Los Angeles City Councilman Hal Bernson, in seeking to evict all 3,000 residents from a troubled neighborhood in his Northridge district, has contended that he has tried just about everything possible under existing law to clean up the area, but crime and unsightly conditions persist.
Bernson's critics, however, have questioned whether the city has done all it can to improve the Bryant Street-Vanalden Avenue area.
Questions have emerged in the wake of the City Council's initial approval in early August of an unprecedented plan by Bernson that would make it easier to evict the predominantly low-income Latinos living in the Bryant-Vanalden apartments. The plan, which must go back to the council for another vote before it can be implemented, has been criticized by civil rights and tenant groups as racist and illegal.
Under the plan, the City Council would grant owners of the 30 buildings a one-time exemption to the city rent-control law, allowing them to evict tenants if they will spend $7,500 to renovate an apartment--instead of the $10,000 now required--in order to attract what a council committee report called "a different class of people."
$40-Million Bond Issue
The plan, which also calls for a $40-million tax-exempt bond issue to finance renovations, is expected to transform the neighborhood into a gated, middle-class community.
One of the major objections to the plan, raised by Councilman Ernani Bernardi, is that the city should be able to deal with problems in the area by enforcing existing laws against crime and substandard housing.
Bernson has contended that he has tried to do this, but with limited success.
Ted Goldstein, an administrative aide to City Atty. James K. Hahn, said Bernson had been "very vigilant" in working with the city attorney's office to try to enforce laws already on the books "to keep this area up to a standard that does exist in the larger Northridge area."
Goldstein said Bernson has brought the problems to the attention of the departments of building and safety and health, the city attorney's office, the Fire and Police departments and Immigration and Naturalization Service. "All have been into the area," Goldstein said. "There have been literally hundreds of citations issued." He said that, although most of the violations have been corrected, "the problems begin to amass again."
Sweep for Violations
Bernson, for example, led city and county inspectors on a sweep through the area in October, 1981, when inspectors issued 3,000 citations for such health and safety violations as broken windows, torn carpeting, stopped-up toilets and cockroach infestations.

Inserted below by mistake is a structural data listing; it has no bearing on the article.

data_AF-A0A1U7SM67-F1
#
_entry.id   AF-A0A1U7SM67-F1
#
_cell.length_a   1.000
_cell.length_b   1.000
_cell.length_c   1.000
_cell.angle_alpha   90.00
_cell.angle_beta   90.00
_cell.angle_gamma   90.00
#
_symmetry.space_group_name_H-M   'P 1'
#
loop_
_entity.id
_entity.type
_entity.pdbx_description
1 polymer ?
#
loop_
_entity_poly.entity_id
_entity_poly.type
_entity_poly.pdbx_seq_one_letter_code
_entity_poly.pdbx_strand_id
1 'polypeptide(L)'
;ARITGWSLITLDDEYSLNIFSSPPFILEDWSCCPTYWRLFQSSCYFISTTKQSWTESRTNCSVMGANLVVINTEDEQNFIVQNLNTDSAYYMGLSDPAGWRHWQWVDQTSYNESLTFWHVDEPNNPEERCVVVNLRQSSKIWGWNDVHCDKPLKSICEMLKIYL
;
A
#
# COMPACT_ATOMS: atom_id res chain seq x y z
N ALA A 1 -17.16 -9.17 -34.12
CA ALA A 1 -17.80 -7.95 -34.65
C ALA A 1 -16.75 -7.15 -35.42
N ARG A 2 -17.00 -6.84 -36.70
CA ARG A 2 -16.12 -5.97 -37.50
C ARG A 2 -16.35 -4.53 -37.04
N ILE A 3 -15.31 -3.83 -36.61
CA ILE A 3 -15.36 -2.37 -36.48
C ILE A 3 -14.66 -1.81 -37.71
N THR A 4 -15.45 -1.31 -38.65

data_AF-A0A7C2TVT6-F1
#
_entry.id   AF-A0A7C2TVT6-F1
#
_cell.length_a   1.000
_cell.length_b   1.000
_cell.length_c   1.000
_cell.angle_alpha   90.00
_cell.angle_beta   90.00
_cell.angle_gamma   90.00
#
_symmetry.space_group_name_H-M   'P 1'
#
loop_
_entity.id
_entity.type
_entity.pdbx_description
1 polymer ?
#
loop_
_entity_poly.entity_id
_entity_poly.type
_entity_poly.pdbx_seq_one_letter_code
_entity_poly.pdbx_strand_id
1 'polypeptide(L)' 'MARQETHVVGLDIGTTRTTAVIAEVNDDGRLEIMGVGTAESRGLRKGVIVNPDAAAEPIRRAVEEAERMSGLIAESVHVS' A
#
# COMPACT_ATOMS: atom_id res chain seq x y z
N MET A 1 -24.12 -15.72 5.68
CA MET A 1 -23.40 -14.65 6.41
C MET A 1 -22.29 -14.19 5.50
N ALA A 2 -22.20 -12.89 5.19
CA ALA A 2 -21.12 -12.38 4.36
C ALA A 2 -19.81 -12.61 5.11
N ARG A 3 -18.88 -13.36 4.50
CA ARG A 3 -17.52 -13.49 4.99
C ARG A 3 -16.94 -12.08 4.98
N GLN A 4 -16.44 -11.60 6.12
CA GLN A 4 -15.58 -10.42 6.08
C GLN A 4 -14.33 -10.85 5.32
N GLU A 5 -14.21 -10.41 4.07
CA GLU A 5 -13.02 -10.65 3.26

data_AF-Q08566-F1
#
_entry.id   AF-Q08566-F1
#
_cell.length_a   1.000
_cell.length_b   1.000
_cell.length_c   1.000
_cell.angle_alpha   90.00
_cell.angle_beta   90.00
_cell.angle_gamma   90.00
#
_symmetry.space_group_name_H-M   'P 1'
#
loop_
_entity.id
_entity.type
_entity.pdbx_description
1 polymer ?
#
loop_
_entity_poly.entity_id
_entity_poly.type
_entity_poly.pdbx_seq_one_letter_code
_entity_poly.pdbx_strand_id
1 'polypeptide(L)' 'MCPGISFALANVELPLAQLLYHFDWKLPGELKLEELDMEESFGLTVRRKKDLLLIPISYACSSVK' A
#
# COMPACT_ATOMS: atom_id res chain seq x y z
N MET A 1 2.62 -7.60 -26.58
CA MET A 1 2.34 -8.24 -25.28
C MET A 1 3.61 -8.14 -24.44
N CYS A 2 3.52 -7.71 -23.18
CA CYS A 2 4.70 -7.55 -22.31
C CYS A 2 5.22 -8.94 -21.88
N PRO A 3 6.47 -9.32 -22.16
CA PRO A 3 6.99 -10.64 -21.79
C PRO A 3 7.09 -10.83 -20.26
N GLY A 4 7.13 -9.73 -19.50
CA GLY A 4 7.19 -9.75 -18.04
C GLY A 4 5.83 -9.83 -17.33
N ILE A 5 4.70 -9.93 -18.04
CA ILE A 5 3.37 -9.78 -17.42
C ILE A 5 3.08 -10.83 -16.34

All of those violations were corrected, city building inspector Lamond Powell said.
But, Bernson has contended, many of the violations have reappeared.
Powell said he has "no idea" whether all 650 Bryant-Vanalden apartments are currently in compliance with the required housing standards. He said he does not have time to routinely inspect the buildings.
City building inspectors disputed references to the Bryant-Vanalden area as a slum, saying that most building code violations found there are minor, such as broken windows, leaky faucets and "knobs off kitchen cabinets."
A Relative 'Garden Spot'
They said that, although the area is run-down in contrast with the surrounding middle-class neighborhood, it is no different and, in some cases, better than many other parts of Los Angeles, particularly the inner city.
"In certain parts of the city, that area would be a garden spot," Powell said. "But in Bernson's area, it is less than desirable."
This, said Frank Kroeger, general manager of the Department of Building and Safety, is one reason why he is unwilling to assign his limited staff to conduct routine inspections of the area.
Bernson has argued that, no matter how many citations the city issues, the neighborhood, as presently constituted, will remain an eyesore. Buildings are constantly fixed up only to become run-down again, he has said.
Bernson, who is out of the country on vacation, could not be reached for comment this week. His aides refused to comment.
'It's a People Problem'
Frank Listick, who enforces laws for the county Department of Health Services requiring sanitary living conditions in dwellings, agreed with Bernson. "You issue an order to clean up trash. It gets corrected," said Listick, who declined to take a position on the mass eviction plan. "You go back a month later, and you have the same problem all over again."
"It's a people problem," said Jim Carney, a supervising building inspector. "The people are bad."
"Tenants throw garbage out the window," Listick added.
Patricia Clemens, head of the city attorney's task force that prosecutes slumlords, said landlords can, under existing law, evict troublesome renters. The task force has not been involved in the Bryant-Vanalden area because it deals with serious health hazards, such as lack of heat or water in apartments. This hasn't been the case in Northridge, Goldstein said.